U.S. Offers $5M Reward for Help Catching 'El Chapo' - NBC Connecticut
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U.S. Offers $5M Reward for Help Catching 'El Chapo'

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    U.S. officials are now offering a $5 million reward for information leading to the recapture of 'El Chapo'.

    Have you seen one of the world’s most wanted drug lords?

    That’s what the Drug Enforcement Administration (DEA) and other law enforcement agencies want to know. Sinaloa Cartel leader Joaquin “El Chapo” Guzman-Loera escaped a Mexican prisonin July through a mile-long tunnel and U.S. officials are now offering a $5 million reward for information leading to his recapture.

    The acting head of the DEA, Chuck Rosenberg, said he believes Guzman is in Mexico, probably hiding in his home state of Sinaloa, Mexico. But Rosenberg acknowledged that the elusive Guzman could be anywhere.

    "I think he is still in Mexico," Rosenberg said in a meeting with reporters. "Do I know that? No. It's an educated guess."

    In an effort to gather information from the public, the DEA announced a toll-free tip line Wednesday that U.S., Mexican, Central and South American residents can call in regards to the wanted man.

    The public can e-mail tips to law enforcement officials as well. North American residents can email tips to chapotips@USDOJ.gov. U.S. residents can call 844-692-4101 and residents outside the U.S. can call 001-844-692-4101. The tip line is managed by agents in the DEA’s San Diego field office.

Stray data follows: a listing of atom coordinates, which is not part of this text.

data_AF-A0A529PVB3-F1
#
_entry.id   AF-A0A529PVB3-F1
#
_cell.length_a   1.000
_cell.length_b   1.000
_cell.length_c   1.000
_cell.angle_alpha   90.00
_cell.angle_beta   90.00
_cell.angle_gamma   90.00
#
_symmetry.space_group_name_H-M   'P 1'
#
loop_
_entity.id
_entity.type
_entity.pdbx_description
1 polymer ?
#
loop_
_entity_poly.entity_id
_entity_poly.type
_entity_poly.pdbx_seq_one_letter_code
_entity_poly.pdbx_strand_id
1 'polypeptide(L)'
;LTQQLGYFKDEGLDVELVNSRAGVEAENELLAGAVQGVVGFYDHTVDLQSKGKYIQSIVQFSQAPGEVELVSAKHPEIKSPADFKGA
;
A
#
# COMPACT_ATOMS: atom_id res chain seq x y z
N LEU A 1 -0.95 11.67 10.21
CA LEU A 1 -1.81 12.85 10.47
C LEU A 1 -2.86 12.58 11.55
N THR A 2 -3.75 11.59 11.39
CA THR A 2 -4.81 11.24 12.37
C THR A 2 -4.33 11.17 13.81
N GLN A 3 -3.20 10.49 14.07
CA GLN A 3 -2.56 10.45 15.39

Guzman has twice been captured and twice escaped. He was first jailed after being extradited from Guatemala in 1993 and escaped from a maximum security prison in 2001. Thirteen years later he was arrested again in the seaside resort town of Mazatlan and escaped again about 16 months later.

    Mexican authorities have announced a $3.8 million reward for Guzman, who is believed to have a net worth of about $1 billion.

    The DEA and U.S. authorities continue to work with their Mexican counterparts on the search for Guzman, Rosenberg said. The $5 million reward is being offered by the State Department.

    The Associated Press' Alicia A. Caldwell contributed to this report.